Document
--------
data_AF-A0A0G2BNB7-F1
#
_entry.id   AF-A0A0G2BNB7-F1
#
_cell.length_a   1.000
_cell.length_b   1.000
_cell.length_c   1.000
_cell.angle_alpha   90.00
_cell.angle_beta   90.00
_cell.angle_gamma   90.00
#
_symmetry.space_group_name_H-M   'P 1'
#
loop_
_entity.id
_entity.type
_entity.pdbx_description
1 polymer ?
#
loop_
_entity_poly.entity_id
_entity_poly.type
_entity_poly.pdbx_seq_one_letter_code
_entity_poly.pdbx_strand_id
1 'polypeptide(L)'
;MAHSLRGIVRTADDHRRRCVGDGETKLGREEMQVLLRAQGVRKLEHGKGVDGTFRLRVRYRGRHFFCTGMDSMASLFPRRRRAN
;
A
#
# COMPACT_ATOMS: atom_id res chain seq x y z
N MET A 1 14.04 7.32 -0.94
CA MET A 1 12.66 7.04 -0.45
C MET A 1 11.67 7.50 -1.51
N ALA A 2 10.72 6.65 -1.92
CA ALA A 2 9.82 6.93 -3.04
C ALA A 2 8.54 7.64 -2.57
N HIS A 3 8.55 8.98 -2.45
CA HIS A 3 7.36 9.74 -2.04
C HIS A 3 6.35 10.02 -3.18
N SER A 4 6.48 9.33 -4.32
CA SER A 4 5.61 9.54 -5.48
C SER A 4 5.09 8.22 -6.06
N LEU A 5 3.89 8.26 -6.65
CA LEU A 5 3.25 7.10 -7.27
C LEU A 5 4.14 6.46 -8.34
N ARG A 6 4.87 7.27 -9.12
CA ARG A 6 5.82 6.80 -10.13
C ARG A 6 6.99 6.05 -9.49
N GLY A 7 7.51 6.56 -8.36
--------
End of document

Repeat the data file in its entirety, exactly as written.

data_AF-A0A0G2BNB7-F1
#
_entry.id   AF-A0A0G2BNB7-F1
#
_cell.length_a   1.000
_cell.length_b   1.000
_cell.length_c   1.000
_cell.angle_alpha   90.00
_cell.angle_beta   90.00
_cell.angle_gamma   90.00
#
_symmetry.space_group_name_H-M   'P 1'
#
loop_
_entity.id
_entity.type
_entity.pdbx_description
1 polymer ?
#
loop_
_entity_poly.entity_id
_entity_poly.type
_entity_poly.pdbx_seq_one_letter_code
_entity_poly.pdbx_strand_id
1 'polypeptide(L)'
;MAHSLRGIVRTADDHRRRCVGDGETKLGREEMQVLLRAQGVRKLEHGKGVDGTFRLRVRYRGRHFFCTGMDSMASLFPRRRRAN
;
A
#
# COMPACT_ATOMS: atom_id res chain seq x y z
N MET A 1 14.04 7.32 -0.94
CA MET A 1 12.66 7.04 -0.45
C MET A 1 11.67 7.50 -1.51
N ALA A 2 10.72 6.65 -1.92
CA ALA A 2 9.82 6.93 -3.04
C ALA A 2 8.54 7.64 -2.57
N HIS A 3 8.55 8.98 -2.45
CA HIS A 3 7.36 9.74 -2.04
C HIS A 3 6.35 10.02 -3.18
N SER A 4 6.48 9.33 -4.32
CA SER A 4 5.61 9.54 -5.48
C SER A 4 5.09 8.22 -6.06
N LEU A 5 3.89 8.26 -6.65
CA LEU A 5 3.25 7.10 -7.27
C LEU A 5 4.14 6.46 -8.34
N ARG A 6 4.87 7.27 -9.12
CA ARG A 6 5.82 6.80 -10.13
C ARG A 6 6.99 6.05 -9.49
N GLY A 7 7.51 6.56 -8.36